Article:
So as we straddle both MS and Google and keep an eye out for Facebook and sharpen our play in mobile, we are aware that we simply have to continue doing the same thing- but do them a lot better than we have so far.


Open letter to Gopal Vittal

Gopal Vittal
Bharti Airtel Ltd.
India & South Asia

Dear Mr Vittal:

I am in receipt of your email that arrived in my inbox yesterday morning. That one where you make out that the Airtel Zero plan is nothing but great for consumers, aimed at reaching the internet free of cost for the vast majority of the people who can’t afford the rates.

I have 3 immediate reactions. Let me go through the gut feel responses first.

1. You need to change your PR agency.

So long after the battle of net-neutrality started in India, so much was said both pro and for the positions, this is the best you can come up with? And, drag Mr Modi’s name into it? If your idea has merit, it should stand on its own legs, should it not?

So, now after Airtel Zero, we will have Vodafone Zero, Idea Zero and so on? Each offering a carved up portion of the internet for free. How absurd is that? And, you want us to believe it is best for consumers that it is that way? We already get a taste of that in our DTH services- with family plan, family + sports, South India plan etc. And believe me, it costs me more and the service is not great.

2. This is a cosy club of folks who have already made it. And to hell with innovation.

Internet is democratic and a level playing field- and it is more than a fact, it is an article of faith. This lack of entry barrier has given rise to once unknowns like Facebook and Google commanding huge valuations.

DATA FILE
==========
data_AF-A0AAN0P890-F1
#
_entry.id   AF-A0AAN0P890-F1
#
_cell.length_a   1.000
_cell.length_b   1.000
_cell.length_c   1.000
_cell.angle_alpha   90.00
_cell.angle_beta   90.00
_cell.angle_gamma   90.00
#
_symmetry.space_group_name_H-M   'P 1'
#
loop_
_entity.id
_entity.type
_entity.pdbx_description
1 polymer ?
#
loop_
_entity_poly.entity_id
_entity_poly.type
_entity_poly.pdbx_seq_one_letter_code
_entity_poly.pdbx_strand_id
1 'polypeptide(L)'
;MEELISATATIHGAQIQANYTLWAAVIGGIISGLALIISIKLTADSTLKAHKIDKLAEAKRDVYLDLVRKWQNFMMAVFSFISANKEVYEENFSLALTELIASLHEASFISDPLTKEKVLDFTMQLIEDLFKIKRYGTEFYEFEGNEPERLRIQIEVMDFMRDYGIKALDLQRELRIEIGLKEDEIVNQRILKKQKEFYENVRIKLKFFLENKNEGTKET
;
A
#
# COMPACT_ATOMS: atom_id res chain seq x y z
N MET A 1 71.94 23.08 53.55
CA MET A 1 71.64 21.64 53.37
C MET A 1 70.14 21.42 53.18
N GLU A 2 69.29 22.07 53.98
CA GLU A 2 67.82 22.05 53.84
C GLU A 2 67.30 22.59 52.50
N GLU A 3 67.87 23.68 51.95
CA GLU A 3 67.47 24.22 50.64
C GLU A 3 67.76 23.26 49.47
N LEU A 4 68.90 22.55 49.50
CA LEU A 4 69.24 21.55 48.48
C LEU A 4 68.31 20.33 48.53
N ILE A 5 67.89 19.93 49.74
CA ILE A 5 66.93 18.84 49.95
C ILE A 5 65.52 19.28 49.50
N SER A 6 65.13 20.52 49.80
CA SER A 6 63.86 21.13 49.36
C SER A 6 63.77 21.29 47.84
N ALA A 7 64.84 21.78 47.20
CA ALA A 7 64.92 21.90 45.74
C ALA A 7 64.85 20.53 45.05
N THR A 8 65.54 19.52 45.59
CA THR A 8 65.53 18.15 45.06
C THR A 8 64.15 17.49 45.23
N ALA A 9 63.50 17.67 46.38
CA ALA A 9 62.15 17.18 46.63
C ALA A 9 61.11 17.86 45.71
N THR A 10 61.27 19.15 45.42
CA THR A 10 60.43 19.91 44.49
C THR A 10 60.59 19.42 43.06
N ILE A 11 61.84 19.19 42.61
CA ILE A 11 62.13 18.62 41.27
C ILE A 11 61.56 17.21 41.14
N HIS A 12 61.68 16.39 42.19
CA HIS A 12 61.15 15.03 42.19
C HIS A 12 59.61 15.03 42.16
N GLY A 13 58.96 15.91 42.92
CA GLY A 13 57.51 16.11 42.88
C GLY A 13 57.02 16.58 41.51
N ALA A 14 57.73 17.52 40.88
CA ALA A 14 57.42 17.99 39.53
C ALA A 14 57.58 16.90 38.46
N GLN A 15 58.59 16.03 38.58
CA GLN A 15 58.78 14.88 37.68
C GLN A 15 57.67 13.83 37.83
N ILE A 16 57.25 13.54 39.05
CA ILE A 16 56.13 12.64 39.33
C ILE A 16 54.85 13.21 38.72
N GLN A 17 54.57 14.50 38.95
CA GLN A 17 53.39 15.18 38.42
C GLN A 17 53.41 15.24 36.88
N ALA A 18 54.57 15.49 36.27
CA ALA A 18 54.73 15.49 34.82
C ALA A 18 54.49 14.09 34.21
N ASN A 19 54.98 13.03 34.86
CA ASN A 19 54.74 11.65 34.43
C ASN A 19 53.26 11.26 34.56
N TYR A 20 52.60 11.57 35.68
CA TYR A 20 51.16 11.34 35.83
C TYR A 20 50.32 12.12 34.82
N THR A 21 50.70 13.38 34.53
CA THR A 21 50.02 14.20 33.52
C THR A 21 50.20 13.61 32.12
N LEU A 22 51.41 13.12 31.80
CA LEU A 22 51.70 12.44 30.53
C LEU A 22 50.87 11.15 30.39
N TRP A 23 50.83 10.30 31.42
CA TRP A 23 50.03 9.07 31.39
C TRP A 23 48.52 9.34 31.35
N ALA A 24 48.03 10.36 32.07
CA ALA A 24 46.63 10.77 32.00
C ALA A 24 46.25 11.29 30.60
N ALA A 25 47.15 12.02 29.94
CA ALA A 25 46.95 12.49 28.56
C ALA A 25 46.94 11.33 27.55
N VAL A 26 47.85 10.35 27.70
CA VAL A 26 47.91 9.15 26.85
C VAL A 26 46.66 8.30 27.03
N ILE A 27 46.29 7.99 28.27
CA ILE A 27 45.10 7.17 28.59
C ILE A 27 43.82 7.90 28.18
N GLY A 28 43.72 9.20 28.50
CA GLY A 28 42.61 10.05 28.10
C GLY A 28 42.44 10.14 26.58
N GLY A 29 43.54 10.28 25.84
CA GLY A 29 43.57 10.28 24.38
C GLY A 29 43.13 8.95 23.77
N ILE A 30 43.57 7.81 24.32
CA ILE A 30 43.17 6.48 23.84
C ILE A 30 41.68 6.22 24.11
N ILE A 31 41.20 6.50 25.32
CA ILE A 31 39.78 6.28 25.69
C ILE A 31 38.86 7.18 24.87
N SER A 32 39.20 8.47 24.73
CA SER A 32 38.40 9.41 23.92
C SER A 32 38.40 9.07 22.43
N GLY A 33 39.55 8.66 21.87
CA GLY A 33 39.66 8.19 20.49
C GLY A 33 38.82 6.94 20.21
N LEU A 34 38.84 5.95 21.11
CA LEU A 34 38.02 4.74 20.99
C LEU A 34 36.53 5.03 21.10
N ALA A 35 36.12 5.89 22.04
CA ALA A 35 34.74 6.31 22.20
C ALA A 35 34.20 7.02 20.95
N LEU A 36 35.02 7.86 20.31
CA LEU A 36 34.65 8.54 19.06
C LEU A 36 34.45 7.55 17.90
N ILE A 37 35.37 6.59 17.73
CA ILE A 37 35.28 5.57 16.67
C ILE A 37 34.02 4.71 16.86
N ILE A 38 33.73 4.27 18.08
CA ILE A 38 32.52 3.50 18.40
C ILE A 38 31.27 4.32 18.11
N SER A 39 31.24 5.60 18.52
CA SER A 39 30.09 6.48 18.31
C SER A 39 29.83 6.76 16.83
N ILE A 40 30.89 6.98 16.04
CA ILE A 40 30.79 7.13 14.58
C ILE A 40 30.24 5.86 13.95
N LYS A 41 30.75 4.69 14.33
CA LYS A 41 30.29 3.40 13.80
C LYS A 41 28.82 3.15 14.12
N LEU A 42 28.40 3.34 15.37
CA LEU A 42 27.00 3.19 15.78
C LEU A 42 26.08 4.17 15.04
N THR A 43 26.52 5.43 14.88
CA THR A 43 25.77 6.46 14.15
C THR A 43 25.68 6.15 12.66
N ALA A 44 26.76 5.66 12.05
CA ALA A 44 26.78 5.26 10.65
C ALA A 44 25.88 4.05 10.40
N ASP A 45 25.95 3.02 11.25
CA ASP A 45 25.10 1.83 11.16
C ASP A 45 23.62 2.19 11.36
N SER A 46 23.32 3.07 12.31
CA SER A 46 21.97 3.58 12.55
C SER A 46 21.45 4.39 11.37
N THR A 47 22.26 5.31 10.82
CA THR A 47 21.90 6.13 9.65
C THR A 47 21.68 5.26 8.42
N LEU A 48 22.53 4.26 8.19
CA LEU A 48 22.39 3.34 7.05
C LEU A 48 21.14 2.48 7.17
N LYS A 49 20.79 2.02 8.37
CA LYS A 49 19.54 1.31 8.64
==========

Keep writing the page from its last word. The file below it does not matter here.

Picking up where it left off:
Imagine if in the early days of Google, Yahoo had subsidised access to it, would people have gone to a “paid search” like Google? Or, if MySpace or Orkut had done a similar thing to Facebook when no one outside of the few college campuses had heard of Facebook? Imagine Google with its huge stockpile of cash subsidising access to Orkut in the early days of Facebook. There would be no Facebook today.

At a personal level, Mr Vittal, I am scared that we could have Microsoft or Oracle or Salesforce or SAP carve up the CRM software space by colluding with the Telecom operators. And, that would really be tragic, would it not be? Because, who would innovate then? Who would keep the biggies on their toes?

3.  It does not benefit consumers, Mr Vittal.

You are telling us that some access, even to a walled garden, created through this walled garden internet of yours, is preferable to having no access at all. Surely, even you can see that is not true. This is not what will create competition, it will lead to cartels. How does that benefit consumers?

And, if your plan and that pushed by Facebook in collaboration with one of your competitors goes through, how soon will it take for the governments to get the idea of creating their own walled garden? Or even political parties?

Please do not do this, Mr Vittal.

PS: Here’s what you wrote to us: